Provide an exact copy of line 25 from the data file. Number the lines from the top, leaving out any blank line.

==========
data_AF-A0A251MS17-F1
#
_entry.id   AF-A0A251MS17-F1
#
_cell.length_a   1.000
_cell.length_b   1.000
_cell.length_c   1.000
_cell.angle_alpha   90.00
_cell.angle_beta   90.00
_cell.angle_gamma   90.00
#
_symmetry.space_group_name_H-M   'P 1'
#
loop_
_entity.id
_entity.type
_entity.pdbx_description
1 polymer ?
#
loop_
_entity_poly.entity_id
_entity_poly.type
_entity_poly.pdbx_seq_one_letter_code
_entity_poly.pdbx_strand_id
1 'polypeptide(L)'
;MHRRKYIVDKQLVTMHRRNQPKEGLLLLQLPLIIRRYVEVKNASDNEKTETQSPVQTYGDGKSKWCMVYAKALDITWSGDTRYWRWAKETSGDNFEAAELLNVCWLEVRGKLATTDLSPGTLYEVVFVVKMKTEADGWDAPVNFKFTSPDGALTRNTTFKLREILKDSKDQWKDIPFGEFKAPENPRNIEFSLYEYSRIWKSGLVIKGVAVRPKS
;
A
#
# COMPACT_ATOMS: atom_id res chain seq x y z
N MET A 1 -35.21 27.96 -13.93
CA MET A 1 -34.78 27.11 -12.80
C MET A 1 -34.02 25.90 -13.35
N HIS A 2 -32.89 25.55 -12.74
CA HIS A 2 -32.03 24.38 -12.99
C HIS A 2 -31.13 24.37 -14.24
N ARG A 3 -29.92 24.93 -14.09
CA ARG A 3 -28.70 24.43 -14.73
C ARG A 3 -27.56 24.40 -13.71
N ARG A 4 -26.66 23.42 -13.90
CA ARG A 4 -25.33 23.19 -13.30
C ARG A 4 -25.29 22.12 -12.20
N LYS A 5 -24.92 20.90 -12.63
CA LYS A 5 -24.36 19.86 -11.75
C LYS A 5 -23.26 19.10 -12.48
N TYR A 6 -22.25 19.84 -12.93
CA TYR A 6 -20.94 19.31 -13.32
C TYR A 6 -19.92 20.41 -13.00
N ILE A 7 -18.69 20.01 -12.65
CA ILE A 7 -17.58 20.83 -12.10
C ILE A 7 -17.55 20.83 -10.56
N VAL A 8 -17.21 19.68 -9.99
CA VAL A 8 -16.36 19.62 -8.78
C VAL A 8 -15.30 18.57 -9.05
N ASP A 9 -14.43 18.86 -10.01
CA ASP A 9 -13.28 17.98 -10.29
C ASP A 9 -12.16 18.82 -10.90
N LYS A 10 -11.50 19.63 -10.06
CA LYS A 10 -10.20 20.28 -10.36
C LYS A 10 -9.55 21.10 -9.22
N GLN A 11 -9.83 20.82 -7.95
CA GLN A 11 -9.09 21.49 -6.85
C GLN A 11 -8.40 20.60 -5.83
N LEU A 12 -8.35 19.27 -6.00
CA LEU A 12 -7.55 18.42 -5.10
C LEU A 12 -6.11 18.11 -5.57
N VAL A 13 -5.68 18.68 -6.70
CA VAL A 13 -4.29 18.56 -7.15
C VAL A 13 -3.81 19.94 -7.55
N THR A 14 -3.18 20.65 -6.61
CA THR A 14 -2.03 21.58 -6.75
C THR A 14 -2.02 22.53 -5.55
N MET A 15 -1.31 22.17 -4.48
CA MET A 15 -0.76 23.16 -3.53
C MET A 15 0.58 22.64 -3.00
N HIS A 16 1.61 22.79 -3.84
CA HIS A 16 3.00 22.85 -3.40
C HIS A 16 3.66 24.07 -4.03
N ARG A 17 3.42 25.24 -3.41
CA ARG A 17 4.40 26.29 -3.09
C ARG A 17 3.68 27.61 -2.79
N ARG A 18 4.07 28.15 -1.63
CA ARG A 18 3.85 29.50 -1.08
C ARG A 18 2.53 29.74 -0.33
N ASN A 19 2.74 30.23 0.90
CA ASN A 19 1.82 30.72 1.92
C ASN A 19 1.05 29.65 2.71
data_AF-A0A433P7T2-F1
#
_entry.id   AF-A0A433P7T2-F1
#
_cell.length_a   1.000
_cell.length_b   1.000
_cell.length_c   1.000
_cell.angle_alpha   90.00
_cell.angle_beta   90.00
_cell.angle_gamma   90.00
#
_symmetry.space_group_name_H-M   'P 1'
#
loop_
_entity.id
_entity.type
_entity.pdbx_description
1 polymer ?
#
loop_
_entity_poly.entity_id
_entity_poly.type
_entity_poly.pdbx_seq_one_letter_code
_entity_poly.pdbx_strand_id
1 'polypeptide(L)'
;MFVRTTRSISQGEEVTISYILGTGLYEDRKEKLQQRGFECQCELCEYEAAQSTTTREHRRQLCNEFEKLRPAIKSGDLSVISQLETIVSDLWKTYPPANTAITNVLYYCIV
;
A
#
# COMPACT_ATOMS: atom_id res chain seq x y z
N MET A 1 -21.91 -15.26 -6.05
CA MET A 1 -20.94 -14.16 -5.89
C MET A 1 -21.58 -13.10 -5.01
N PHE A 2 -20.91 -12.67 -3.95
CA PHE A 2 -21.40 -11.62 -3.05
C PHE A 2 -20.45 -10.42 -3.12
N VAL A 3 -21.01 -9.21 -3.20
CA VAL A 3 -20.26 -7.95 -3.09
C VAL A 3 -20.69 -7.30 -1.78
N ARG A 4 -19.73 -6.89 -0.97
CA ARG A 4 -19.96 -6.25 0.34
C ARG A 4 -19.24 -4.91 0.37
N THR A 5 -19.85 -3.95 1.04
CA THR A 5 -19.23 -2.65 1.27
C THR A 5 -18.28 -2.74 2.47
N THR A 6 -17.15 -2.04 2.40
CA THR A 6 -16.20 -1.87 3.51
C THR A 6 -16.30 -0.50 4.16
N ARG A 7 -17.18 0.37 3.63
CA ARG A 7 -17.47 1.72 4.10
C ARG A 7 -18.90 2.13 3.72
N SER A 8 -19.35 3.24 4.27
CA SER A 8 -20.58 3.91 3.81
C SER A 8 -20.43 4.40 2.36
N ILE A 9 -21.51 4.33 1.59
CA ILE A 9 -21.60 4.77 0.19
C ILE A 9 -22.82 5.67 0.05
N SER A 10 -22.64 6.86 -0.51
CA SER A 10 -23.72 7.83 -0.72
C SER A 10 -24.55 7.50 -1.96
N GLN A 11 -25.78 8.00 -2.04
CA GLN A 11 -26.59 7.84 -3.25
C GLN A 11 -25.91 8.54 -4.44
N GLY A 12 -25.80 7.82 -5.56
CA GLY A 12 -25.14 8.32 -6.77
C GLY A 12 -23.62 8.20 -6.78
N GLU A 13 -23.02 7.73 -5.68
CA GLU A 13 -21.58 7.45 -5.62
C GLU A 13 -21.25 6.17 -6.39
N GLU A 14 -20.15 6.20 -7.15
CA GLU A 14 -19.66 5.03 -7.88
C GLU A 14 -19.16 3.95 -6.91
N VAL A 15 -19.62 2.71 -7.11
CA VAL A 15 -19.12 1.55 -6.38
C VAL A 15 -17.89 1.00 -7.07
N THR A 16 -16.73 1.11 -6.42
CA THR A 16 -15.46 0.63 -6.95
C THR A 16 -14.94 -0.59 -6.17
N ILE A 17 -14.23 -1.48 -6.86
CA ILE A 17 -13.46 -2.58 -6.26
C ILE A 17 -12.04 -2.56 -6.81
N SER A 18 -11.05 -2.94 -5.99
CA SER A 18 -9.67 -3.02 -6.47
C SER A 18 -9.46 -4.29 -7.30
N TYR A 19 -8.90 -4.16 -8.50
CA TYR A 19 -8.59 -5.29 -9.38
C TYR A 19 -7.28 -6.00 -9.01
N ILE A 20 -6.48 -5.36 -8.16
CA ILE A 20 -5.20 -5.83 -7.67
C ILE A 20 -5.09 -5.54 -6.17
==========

1 'polypeptide(L)'